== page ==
Modo delivers the next evolution of 3D modeling, painting and rendering in a single integrated and accelerated package for the Mac and PC. And now, modo also includes true 3D sculpting tools, item animation and network rendering! More than just features, modo is a truly elegant integration of technology, raw horsepower and refined workflow.
Current Version: www.luxology.com/trymodo/
Unity Documentation: http://docs.unity3d.com/Documentation/Manual/HOWTO-ImportObjectModo.html
Unity Scale Calibration
1. Within the Modo preferences panel, go to the Accuracy subsection under the Input category.
2. Set Unit System and Default Units to Game Units.
During initial modelling, it's very helpful to do so as a sub-d model with edge-weights. There's no need to freeze the model but it gives a good approximation of the final appearance.
Mimicking Lightwave's "Level 0" Sub-D Approximation
Lightwave has an amazing capability to freeze Sub-D's at "level 0". In other words, the smoothing effect of the Sub-D cage is preserved, but no additional polys are added - the polygon count maintains a 1 to 1 ratio of frozen polys to Sub-D cage. As of 302, there are no know methods of automatically duplicating this in Modo, but it is possibly to manually arrive at the same results.
Merely set the Subdivision Level to "1" in the Mesh Layer's properties panel, then freeze it (Geometry > Freeze...). Preserving the original edges, select every other edge, press "l" for "select loop", and hit backspace to delete. Depending on the topology of the model, this may need some careful attention.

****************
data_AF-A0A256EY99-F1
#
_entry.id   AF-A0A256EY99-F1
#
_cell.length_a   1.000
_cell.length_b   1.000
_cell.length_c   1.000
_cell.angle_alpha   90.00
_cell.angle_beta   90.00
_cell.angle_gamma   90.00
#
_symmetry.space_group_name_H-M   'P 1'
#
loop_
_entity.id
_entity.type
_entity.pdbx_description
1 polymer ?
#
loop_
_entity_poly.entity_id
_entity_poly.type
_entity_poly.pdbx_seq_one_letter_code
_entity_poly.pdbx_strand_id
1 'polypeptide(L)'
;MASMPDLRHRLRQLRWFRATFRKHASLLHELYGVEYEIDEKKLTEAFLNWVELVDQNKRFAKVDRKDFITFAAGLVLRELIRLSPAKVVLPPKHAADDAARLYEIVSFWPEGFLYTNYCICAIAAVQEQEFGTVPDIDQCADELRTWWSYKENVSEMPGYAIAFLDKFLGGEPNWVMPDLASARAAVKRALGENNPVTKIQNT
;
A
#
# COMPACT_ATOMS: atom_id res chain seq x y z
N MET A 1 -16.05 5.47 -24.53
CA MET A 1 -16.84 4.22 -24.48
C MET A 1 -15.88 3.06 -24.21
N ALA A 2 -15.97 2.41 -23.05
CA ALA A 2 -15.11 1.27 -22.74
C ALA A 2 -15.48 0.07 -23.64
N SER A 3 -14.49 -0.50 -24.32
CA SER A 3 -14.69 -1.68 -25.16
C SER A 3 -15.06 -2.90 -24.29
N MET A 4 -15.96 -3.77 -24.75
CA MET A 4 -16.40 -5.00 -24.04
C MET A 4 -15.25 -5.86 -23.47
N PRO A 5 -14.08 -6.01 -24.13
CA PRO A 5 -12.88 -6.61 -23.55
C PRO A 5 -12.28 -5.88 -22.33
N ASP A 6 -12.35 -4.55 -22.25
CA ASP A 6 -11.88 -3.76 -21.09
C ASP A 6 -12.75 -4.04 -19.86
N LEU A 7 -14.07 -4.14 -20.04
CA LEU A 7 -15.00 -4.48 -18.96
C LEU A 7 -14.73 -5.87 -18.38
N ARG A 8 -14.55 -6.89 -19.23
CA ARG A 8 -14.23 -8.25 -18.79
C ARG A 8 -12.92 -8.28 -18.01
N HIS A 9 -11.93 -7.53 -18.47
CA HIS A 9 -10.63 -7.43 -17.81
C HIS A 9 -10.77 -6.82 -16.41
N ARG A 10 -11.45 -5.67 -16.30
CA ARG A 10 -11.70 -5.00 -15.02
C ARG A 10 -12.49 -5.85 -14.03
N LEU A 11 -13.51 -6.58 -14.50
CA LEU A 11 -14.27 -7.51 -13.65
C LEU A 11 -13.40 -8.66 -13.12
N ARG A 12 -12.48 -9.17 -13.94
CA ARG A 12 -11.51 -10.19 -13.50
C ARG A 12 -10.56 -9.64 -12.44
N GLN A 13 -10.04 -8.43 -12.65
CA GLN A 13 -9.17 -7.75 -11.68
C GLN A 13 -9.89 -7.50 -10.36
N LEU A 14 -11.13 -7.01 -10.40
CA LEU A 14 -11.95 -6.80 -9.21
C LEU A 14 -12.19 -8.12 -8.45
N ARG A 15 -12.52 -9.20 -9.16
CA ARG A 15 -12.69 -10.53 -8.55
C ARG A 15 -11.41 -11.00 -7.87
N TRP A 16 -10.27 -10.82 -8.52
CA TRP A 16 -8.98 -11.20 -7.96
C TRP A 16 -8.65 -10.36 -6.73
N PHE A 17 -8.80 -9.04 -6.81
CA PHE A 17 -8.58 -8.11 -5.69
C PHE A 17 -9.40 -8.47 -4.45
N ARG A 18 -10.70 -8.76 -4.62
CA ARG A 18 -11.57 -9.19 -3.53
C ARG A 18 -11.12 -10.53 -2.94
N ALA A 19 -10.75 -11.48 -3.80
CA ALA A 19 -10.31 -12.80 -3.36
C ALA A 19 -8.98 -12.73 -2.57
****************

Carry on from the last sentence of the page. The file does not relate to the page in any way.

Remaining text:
TIP: Set the smoothing angle for the material to 179.5 degrees in the material so it will smooth shade across the edges. This is *very* important when using Normal Maps on the lo-res model.
Hopefully someone will create a script to solve this before too long. It shouldn't be too difficult - the wireframe mesh is visible in the interface EXACTLY how we want it!
--jake carvey 16:13, 19 December 2008 (PST)
Faking Sharp Edges
Modo is a great polygon modeller but does not have specific control of normal angles. At this time, it's currently set in a general way via the Material's smoothing angle. Here's a way to 'fake' the same effect without the need to tweak the model in another 3D app.
- When the model is complete, turn it back to polygons and select the vertices along the edge you wish to remain sharp.
- Use the Vertex Split tool (in the Vertex tab of the Modo Tools Panel).
- Select the faces on each side of the split and Merge Vertices. Remember to do each side individually or all the vertices will be merged as they were before.
--D4rkl1gh7 02:58, 11 January 2007 (GMT)
When modelling in Modo and exporting to .FBX, make sure you have no unused UV maps in your project since these will break the UV mapping once the FBX file is imported into Unity.
This rule applies to Unity for any imported model. Note the options when importing a model into Unity. There is an option to swap primary and secondary UV maps. Therefore 2 UV Maps from Modo are perfectly fine so long as their order in the Vertex Map List is noted. In other words, Unity considers the first in the list as the Primary.
Exporting to Unity
Before exporting as fbx or ma, remove all Modo-specific items such as cameras, lights, and texture locators as they only end up as empty game objects in Unity anyway. This will also prevent the need to break the link to the original file due to cleanup in the Unity Editor.
There's a nice script to automate this available in this Unity forum posting. For a nice little video tutorial of how to add scripts to modo, see How to add scripts to pie menus in modo 301 (which also works in modo 401 and has some nice tips, too).
Nathan Warden made two video tutorials on exporting models from modo to Unity and setting up a basic scene: